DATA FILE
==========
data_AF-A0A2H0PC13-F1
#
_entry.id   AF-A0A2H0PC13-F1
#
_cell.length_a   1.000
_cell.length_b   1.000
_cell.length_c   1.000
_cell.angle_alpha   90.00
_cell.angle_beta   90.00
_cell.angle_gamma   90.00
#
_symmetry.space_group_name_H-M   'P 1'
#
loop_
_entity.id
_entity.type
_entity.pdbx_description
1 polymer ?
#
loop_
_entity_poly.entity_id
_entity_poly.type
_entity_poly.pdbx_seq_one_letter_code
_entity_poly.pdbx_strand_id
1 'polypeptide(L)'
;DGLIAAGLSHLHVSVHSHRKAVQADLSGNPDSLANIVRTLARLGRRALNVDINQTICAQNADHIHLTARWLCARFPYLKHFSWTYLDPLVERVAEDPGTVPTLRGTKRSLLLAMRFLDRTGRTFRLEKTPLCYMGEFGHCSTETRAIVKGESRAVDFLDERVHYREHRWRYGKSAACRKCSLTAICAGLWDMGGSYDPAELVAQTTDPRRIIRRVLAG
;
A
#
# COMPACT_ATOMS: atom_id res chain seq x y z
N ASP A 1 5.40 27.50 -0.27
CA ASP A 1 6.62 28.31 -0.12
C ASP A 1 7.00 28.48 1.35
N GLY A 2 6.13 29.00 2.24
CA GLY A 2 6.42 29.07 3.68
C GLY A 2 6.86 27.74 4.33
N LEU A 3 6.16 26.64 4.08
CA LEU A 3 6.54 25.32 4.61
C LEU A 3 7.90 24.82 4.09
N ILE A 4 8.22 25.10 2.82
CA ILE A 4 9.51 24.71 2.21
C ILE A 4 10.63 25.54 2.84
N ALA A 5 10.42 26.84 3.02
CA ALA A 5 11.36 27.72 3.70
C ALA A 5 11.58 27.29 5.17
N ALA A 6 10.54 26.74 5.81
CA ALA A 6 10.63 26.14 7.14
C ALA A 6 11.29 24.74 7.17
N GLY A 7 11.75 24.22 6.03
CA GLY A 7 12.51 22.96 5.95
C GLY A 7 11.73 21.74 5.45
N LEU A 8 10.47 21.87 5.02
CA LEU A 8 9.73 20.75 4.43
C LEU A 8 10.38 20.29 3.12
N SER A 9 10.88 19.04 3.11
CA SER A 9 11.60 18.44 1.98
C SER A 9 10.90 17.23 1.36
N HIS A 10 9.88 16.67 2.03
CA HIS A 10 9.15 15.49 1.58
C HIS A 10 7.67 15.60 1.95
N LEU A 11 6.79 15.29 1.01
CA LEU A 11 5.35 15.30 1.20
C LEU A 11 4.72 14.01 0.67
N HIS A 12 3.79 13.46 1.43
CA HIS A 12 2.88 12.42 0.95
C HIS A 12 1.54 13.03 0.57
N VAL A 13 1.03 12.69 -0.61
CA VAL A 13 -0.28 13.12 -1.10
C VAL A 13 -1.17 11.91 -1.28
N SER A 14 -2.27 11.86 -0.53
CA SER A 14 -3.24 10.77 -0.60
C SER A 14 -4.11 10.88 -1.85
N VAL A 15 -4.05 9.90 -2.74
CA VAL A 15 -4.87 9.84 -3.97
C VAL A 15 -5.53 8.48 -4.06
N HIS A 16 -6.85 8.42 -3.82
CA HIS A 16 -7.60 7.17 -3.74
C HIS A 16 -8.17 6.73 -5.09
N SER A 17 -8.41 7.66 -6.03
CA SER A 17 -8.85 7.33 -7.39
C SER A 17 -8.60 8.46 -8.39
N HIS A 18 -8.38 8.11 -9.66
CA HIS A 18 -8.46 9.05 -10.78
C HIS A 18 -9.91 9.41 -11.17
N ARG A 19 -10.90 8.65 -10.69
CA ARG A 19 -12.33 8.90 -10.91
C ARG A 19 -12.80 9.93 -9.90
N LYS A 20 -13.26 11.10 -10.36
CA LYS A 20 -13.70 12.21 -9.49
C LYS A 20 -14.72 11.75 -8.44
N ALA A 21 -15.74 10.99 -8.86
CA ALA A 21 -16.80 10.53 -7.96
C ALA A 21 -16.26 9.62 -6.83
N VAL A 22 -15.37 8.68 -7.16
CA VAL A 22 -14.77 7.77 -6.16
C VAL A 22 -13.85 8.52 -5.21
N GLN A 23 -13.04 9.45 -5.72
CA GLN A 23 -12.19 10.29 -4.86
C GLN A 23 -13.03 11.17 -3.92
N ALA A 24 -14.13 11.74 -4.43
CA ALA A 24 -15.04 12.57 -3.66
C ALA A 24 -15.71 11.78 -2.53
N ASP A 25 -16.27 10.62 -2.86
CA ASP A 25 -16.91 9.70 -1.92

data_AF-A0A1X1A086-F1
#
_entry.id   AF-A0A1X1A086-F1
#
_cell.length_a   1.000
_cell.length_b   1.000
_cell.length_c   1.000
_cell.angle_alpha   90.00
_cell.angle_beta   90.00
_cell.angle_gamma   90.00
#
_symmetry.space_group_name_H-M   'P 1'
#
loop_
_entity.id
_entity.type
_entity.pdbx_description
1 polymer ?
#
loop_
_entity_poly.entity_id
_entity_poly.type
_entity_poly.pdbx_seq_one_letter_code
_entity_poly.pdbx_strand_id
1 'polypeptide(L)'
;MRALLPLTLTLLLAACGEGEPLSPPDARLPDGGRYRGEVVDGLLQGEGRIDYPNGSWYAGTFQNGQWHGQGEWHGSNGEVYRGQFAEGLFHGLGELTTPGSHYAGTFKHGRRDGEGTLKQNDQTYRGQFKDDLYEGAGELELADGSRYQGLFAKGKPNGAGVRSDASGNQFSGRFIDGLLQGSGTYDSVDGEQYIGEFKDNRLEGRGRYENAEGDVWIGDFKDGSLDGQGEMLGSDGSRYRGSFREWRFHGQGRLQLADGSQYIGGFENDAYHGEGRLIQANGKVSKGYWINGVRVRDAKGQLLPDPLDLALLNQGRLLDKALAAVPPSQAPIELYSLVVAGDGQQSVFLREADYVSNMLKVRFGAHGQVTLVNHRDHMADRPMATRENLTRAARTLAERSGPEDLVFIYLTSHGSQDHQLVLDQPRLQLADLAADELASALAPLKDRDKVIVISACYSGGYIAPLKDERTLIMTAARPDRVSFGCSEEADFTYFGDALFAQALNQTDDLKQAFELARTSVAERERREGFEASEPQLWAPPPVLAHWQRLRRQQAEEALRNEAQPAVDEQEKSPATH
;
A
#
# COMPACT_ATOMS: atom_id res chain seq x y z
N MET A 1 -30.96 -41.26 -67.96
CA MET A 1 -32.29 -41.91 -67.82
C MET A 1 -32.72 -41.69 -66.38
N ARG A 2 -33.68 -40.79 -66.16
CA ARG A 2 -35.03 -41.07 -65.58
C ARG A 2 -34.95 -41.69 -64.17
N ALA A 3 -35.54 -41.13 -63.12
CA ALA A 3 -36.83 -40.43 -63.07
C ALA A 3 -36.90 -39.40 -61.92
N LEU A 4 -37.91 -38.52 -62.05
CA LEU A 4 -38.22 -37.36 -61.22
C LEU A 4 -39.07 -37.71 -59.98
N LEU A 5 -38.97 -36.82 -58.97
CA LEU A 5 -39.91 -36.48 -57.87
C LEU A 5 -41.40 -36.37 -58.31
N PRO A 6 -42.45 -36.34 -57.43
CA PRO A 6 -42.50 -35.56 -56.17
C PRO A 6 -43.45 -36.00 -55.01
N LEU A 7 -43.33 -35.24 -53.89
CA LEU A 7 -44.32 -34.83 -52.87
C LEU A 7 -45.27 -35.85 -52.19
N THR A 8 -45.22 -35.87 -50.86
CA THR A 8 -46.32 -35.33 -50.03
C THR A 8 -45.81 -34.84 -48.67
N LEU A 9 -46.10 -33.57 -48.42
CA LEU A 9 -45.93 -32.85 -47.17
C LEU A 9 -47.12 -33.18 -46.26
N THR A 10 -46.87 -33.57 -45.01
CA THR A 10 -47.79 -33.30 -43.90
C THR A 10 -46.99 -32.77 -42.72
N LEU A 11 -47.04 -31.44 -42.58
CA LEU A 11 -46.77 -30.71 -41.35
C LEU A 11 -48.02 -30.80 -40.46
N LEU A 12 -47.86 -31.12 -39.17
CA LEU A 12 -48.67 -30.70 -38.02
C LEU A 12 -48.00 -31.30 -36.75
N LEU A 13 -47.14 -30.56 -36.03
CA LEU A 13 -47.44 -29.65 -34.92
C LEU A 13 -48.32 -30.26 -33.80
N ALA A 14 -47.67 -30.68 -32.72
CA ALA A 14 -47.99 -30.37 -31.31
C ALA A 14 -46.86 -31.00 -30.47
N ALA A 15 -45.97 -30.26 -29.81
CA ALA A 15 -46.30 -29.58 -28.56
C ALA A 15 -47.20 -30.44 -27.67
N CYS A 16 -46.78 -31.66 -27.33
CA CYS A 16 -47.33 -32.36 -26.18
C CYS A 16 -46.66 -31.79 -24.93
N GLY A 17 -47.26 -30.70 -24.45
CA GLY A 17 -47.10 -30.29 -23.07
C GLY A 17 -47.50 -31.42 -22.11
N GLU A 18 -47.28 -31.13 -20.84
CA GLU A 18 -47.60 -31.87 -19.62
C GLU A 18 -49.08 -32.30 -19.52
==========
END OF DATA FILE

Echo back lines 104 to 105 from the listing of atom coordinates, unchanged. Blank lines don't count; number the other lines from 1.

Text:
CA ASP A 25 -16.91 9.70 -1.92

data_AF-A0A1X1A086-F1